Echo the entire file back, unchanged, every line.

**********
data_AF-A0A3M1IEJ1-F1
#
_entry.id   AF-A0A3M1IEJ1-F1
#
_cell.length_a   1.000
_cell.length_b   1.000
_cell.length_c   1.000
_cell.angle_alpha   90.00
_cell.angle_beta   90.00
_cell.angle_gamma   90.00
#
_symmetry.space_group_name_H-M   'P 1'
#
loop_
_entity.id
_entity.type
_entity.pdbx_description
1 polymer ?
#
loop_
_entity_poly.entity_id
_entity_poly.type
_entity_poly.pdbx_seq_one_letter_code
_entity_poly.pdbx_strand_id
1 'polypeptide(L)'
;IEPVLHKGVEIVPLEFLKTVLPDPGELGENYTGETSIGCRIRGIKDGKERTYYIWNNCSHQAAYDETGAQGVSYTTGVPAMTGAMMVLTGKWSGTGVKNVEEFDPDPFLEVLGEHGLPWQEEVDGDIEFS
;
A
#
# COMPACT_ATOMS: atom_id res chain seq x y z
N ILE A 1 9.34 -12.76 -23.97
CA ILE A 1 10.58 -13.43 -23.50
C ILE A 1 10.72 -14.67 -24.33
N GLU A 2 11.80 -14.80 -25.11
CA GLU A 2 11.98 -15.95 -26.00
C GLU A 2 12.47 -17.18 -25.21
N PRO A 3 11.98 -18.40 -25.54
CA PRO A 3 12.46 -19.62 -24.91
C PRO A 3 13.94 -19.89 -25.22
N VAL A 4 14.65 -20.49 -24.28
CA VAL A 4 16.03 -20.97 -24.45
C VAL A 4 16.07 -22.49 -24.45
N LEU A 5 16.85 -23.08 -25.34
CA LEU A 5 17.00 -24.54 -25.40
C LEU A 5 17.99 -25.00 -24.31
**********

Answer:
data_AF-A0A3M1IEJ1-F1
#
_entry.id   AF-A0A3M1IEJ1-F1
#
_cell.length_a   1.000
_cell.length_b   1.000
_cell.length_c   1.000
_cell.angle_alpha   90.00
_cell.angle_beta   90.00
_cell.angle_gamma   90.00
#
_symmetry.space_group_name_H-M   'P 1'
#
loop_
_entity.id
_entity.type
_entity.pdbx_description
1 polymer ?
#
loop_
_entity_poly.entity_id
_entity_poly.type
_entity_poly.pdbx_seq_one_letter_code
_entity_poly.pdbx_strand_id
1 'polypeptide(L)'
;IEPVLHKGVEIVPLEFLKTVLPDPGELGENYTGETSIGCRIRGIKDGKERTYYIWNNCSHQAAYDETGAQGVSYTTGVPAMTGAMMVLTGKWSGTGVKNVEEFDPDPFLEVLGEHGLPWQEEVDGDIEFS
;
A
#
# COMPACT_ATOMS: atom_id res chain seq x y z
N ILE A 1 9.34 -12.76 -23.97
CA ILE A 1 10.58 -13.43 -23.50
C ILE A 1 10.72 -14.67 -24.33
N GLU A 2 11.80 -14.80 -25.11
CA GLU A 2 11.98 -15.95 -26.00
C GLU A 2 12.47 -17.18 -25.21
N PRO A 3 11.98 -18.40 -25.54
CA PRO A 3 12.46 -19.62 -24.91
C PRO A 3 13.94 -19.89 -25.22
N VAL A 4 14.65 -20.49 -24.28
CA VAL A 4 16.03 -20.97 -24.45
C VAL A 4 16.07 -22.49 -24.45
N LEU A 5 16.85 -23.08 -25.34
CA LEU A 5 17.00 -24.54 -25.40
C LEU A 5 17.99 -25.00 -24.31